At the launch, several journalists crashed the heavy bike on the motocross track, for which it was unsuited. The XLV750R was Honda's first dual-sport motorcycle with two non-parallel cylinders, it has an air - / oil-cooled V-twin engine with a shaft drive. Those two construction features make the XLV a low maintenance motorcycle. Other technical highlights at the time of introduction were the dry sump lubrication system, the three valves per cylinder, the two spark plugs per cylinder, the crankshaft with off-set pins; the distinctive air scoops mounted below the fuel tank on either side of the motorbike provide additional cooling for the rear cylinder. They were only installed; the XLV was offered in the aggressive colours of the Honda Racing Corporation, namely blue and red, with a red engine, red fork rods and red hubs. This model bears the additional designation "D". In 1985, a revised version of the XLV750R was introduced, bearing the additional designation "F"; the XLV750R-models were improved in some details and had a black engine and golden rims with black hubs.

These motorcycles were painted in the colour combinations black/blue metallic, black/red metallic and black/silver grey and were marketed in Italy and Australia. Honda never offered them in Germany because the demand was low due to the negative press the XLV had received there. In 1986, the production of the XLV750R was discontinued; the RD-genealogy was continued with the chain driven models NX650 Dominator, XRV650/750 Africa Twin, XR650L, SLR650/FX650 Vigor, XL650V/XL700V Transalp and FMX650. The type designation "RD05" was not assigned. Due to its low production numbers of no more than 10,000 units worldwide, the XLV750R is quite seen - and in many countries outside of Europe and Australia, it is an rare bird

Torchwood: Children of Earth

Children of Earth is the banner title of the third series of the British television science fiction programme Torchwood, which broadcast for five episodes on BBC One from 6 to 10 July 2009. The series had new producer Peter Bennett and was directed by Euros Lyn, who had considerable experience on the revived Doctor Who. Torchwood is a series about an organization known as Torchwood which defends the Earth against alien threats; the plot of Children of Earth deals with aliens demanding the Earth's children, a related earlier conspiracy. The first and fifth episodes of the serial were written by executive producer Russell T Davies, who conceived its overall storyline; the third episode was co-written by James Moran whilst the second and fourth were penned by newcomer John Fay. Torchwood was shown on the network's premiere channel, BBC One, every weeknight for one week in July 2009. Despite the move to BBC One, the show was cut from a standard thirteen-episode run to just five, something that lead actor John Barrowman felt was like a "punishment" from the BBC.

Production on the mini-series began in August 2008, Barrowman along with actors Eve Myles, Gareth David-Lloyd, Kai Owen all returned. The serial features new actors to the series over the course of its five episodes, most prominently Peter Capaldi. Davies had to rewrite parts of the serial to accommodate the unavailability of actors Freema Agyeman and Noel Clarke, whose presence in the serial had been set up in the 2008 Doctor Who finale; when the series defied expectations by achieving good ratings, Davies stated that a surprised BBC Controller rang to congratulate him. Mid-summer evenings are considered a graveyard slot for television series; the serial received positive reviews in comparison to the programme's previous two series, as well as a BAFTA Cymru Award, a Saturn Award and Celtic Media Festival Award, all for best serial. A number of fans were upset by the death of Ianto Jones in the fourth episode of the serial, with some campaigning and raising money for charity in an attempt to persuade the writers to bring back the character in future.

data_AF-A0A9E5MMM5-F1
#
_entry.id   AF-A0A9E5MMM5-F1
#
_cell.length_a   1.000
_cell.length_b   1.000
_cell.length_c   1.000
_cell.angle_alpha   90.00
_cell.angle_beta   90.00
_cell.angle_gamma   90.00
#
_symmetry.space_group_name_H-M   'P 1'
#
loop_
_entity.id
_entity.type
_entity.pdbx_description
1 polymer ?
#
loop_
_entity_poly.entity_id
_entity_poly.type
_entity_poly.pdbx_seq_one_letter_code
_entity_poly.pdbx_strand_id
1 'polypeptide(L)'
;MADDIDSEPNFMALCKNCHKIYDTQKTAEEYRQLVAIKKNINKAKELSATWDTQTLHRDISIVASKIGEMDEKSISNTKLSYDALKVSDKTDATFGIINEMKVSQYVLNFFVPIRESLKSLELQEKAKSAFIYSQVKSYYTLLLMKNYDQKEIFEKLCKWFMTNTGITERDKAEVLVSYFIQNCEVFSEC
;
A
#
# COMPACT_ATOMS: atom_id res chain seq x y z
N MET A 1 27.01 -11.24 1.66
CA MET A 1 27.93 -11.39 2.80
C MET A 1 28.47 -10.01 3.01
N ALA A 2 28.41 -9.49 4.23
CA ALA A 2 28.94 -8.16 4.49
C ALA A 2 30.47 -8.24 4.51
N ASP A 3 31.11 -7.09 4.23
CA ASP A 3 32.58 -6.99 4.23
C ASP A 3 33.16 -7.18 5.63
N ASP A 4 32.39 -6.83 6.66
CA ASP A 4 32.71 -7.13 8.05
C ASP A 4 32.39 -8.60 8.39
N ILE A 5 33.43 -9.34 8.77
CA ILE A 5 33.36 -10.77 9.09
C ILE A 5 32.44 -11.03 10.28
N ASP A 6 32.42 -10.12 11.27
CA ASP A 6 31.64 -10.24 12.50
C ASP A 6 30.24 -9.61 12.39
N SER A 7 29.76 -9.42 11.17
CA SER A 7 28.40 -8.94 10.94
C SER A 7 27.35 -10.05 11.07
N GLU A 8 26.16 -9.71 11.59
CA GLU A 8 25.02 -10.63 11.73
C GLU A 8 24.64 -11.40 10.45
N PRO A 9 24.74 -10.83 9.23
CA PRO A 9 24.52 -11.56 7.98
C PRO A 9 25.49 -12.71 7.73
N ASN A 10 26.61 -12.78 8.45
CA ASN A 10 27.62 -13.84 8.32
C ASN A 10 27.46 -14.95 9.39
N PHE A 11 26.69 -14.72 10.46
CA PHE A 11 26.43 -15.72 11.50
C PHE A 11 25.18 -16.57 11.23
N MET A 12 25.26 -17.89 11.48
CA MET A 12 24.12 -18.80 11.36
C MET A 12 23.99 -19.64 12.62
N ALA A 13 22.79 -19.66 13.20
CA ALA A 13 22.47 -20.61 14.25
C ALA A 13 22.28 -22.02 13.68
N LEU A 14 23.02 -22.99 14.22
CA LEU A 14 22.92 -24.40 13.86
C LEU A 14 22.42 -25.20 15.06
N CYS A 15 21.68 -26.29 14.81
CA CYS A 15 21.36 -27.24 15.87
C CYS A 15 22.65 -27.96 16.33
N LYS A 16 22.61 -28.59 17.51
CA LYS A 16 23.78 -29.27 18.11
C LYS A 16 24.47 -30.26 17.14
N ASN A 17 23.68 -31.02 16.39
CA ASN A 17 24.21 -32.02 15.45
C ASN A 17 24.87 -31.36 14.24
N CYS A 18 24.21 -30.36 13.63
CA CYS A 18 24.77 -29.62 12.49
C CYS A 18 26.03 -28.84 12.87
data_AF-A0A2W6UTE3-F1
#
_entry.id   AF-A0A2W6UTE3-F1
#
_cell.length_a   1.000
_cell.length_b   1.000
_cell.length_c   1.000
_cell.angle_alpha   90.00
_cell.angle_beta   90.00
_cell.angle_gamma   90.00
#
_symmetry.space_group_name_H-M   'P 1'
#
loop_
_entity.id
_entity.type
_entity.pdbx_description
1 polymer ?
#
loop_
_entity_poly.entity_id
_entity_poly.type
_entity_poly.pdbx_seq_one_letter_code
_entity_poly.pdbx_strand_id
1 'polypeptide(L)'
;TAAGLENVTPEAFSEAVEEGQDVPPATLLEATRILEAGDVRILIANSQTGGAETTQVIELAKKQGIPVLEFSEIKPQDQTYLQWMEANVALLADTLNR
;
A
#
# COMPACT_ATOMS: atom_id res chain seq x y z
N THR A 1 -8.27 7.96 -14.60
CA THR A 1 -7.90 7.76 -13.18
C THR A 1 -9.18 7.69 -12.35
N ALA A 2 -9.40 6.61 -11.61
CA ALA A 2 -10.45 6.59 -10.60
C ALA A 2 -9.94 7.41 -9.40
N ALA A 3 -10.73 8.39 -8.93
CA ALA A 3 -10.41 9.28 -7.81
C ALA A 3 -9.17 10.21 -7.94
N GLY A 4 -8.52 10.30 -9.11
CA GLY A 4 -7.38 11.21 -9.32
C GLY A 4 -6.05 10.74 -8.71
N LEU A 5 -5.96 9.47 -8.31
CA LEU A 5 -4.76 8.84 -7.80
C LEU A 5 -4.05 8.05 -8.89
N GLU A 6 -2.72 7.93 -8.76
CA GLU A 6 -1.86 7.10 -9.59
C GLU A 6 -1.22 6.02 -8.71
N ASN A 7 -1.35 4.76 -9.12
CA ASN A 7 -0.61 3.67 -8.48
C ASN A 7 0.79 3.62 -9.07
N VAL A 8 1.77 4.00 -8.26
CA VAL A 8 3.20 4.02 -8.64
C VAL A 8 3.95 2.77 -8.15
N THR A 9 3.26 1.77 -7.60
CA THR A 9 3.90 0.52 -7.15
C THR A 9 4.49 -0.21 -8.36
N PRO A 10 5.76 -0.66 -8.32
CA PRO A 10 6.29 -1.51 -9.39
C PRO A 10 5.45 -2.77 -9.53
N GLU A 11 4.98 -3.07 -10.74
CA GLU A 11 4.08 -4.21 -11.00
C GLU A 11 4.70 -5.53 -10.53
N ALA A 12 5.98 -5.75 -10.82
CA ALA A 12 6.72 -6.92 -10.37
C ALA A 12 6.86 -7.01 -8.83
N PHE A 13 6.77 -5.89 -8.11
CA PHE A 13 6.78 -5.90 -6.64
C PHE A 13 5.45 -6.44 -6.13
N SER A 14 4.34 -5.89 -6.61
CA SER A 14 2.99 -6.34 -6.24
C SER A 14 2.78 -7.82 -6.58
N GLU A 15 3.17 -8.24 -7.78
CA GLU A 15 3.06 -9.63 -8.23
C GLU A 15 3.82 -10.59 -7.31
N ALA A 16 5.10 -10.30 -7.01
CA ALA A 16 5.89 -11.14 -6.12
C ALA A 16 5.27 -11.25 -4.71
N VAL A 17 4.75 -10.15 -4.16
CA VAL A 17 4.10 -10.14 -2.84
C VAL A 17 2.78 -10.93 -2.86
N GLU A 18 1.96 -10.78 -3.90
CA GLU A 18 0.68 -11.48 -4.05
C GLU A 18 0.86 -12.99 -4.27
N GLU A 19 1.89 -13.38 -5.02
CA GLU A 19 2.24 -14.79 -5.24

The success of the series led a fourth series, Torchwood: Miracle Day, commissioned in conjunction with the US premium cable network Starz. Over the course of two days, all the children in the world are paralyzed in place several times, speak in unison, in English, in temporal order based on the hour, a message revealed in stages, one word at a time: "We are coming back tomorrow." Home Office Permanent Secretary John Frobisher is aware these events are tied to an alien race known as the 456, named after the radio frequency they used to communicate the first time they came to Earth in 1965. At that time, in secret, the 456 had given the British government a cure to a new strain of Indonesian flu, otherwise destined to wipe out 25 million people—in exchange for twelve children. Captain Jack Harkness had been one of four British agents who were chosen to give the children to the 456, since public knowledge of the exchange would now be disastrous for the British government, Frobisher orders, through a black-ops department run by an Agent Johnson, the assassination of those four agents.

To this end, Agent Johnson plants a bomb in Jack's abdomen, which detonates inside the Torchwood Hub in Cardiff, destroying it. Aware of Jack's regenerative abilities, Johnson's troops collect Jack's remains from the blast rubble, lock them in a secure facility, monitoring the regeneration of his body. Torchwood employees Ianto Jones, Gwen Cooper, by extension, her husband Rhys, due to the possibility that they might share Harkness's knowledge, are put on Agent Johnson's "kill" list. In the meantime, Frobisher orders the construction of what will turn out to be an "isolation tank" inside Thames House, decreed by information transmitted to them by the 456 when the children first began to speak of their arrival; the remaining Torchwood team make contact with Lois Habiba, a new personal assistant in Frobisher's office who has covertly accessed computer information on Torchwood and the assassinations. Lois helps the others to rescue Jack. Torchwood identifies and rescues Clement MacDonald, one of the original twelve children sacrificed to the 456, but who escaped by running away.

Clement went mad soon after escaping, has been institutionalised for over 40 years since. On the third day, the ambassador for the 456 arrives in a column of fire over Thames House before appearing in the isolation tank. Frobisher and his staff, including Lois who still wears the Torchwood contact lenses, hold confidential meetings with the 456 to understand why they have returned; the 456 demand that 10% of the world's population of children be handed over to them, or else they will destroy the human race. They reveal one of the children from 1965, now a shrivelled husk despite having not aged. Children